Christie was asked about this week’s new developments on the Atlantic City issue yesterday following a news conference on the improving state economy that was held at Union County College in Cranford. He said he still wants an immediate takeover, but also seemed to some to keep the door open to compromise.
“My position is what it’s always been. It hasn’t changed,” Christie said when asked about the Sweeney amendments.
But later, he added: “Eventually, if they have something they want to show me that represents a consensus, I’ll consider it at that time.”
And it was just a few weeks ago that Christie held a news conference in the State House to make a strong case for the next state Supreme Court justice to be a Republican. He said he was willing to use all the levers of power at his disposal to pressure Sweeney into holding a confirmation hearing for his preferred nominee.
But Sweeney, as he has for the past six years, held firm to his own position that only a Democrat should be appointed to fill the seven-member Supreme Court’s remaining vacancy. That, he said, would preserve the court’s longstanding tradition of partisan balance. Sweeney also promised to block a hearing on any nominee who wasn’t a Democrat until Christie reached the end of his second and final term in office in early 2017.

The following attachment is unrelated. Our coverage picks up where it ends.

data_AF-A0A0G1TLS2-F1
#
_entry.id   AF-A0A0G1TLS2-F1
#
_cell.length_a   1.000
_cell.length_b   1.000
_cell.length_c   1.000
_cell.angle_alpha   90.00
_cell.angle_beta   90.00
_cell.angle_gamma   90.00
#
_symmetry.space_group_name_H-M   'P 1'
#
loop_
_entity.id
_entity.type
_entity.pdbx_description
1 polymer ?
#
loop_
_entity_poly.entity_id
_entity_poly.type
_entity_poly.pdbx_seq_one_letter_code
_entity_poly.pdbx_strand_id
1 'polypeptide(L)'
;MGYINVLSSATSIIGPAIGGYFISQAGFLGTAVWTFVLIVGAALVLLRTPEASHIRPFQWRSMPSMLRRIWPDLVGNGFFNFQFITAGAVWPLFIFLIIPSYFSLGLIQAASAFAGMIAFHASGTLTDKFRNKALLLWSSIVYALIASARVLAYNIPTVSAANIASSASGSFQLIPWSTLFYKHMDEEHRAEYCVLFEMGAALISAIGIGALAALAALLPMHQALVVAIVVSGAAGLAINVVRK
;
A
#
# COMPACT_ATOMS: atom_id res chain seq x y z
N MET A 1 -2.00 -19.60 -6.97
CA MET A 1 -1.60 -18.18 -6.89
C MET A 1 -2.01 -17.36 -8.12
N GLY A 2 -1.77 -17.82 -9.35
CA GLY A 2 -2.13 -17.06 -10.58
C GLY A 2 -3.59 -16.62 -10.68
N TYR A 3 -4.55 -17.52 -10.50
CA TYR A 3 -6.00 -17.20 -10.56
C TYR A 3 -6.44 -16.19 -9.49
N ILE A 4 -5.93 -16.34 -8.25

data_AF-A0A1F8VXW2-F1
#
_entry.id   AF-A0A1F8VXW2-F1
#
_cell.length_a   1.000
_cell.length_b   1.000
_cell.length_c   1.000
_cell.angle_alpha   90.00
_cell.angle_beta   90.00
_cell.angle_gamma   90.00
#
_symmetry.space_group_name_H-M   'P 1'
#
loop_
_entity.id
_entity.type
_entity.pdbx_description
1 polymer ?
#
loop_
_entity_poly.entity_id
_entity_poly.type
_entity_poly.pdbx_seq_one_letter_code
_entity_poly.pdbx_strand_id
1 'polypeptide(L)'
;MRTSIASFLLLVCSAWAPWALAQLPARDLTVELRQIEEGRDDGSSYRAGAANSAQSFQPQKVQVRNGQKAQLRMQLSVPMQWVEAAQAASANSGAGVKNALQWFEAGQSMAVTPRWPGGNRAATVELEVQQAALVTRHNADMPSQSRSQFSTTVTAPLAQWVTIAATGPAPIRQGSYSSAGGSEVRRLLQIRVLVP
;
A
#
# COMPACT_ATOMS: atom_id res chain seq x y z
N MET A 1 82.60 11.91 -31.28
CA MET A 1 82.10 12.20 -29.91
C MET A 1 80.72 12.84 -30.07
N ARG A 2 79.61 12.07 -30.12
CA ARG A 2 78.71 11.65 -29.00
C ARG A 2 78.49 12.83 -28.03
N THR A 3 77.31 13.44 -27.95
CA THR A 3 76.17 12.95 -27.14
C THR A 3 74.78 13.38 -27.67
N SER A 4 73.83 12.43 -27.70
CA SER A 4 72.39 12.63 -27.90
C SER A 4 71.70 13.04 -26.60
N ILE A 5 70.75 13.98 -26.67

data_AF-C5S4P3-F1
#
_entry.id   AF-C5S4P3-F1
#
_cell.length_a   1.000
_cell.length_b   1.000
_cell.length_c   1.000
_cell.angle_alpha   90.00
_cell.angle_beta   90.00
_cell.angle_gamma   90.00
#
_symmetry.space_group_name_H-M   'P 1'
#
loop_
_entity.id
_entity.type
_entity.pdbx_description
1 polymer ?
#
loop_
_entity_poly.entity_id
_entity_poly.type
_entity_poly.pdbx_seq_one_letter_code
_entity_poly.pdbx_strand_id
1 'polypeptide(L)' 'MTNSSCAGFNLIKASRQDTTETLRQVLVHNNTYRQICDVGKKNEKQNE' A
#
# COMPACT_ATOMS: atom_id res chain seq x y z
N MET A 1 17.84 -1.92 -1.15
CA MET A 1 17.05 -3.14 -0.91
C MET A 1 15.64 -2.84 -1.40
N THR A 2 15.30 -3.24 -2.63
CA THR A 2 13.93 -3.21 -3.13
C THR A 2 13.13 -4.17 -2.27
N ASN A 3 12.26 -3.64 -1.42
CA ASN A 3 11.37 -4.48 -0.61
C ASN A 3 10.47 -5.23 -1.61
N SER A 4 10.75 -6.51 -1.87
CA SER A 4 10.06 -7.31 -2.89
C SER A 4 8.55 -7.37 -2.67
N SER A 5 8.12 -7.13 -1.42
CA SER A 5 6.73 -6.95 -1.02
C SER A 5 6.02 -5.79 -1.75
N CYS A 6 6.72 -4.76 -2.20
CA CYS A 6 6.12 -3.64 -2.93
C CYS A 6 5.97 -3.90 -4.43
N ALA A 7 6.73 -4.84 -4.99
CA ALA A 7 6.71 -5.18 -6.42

The impasse was resolved earlier this week during another State House news conference when Christie announced he will nominate Democrat Walter Timpone to fill the Supreme Court vacancy. Though Timpone is an ally of Christie’s, if confirmed he would leave the court with three Republicans, three Democrats, and an independent justice, the makeup Sweeney wanted.
And Sweeney, also appearing at the event, said he would ensure Timpone soon gets a hearing before the Senate Judiciary Committee.
Christie, when asked earlier this week why he eventually backed down on the court issue, said his decision came down to deciding to get something done rather than keep waging a political battle.
“I wanted to get an agreement,” Christie said. “We needed to find that common ground.”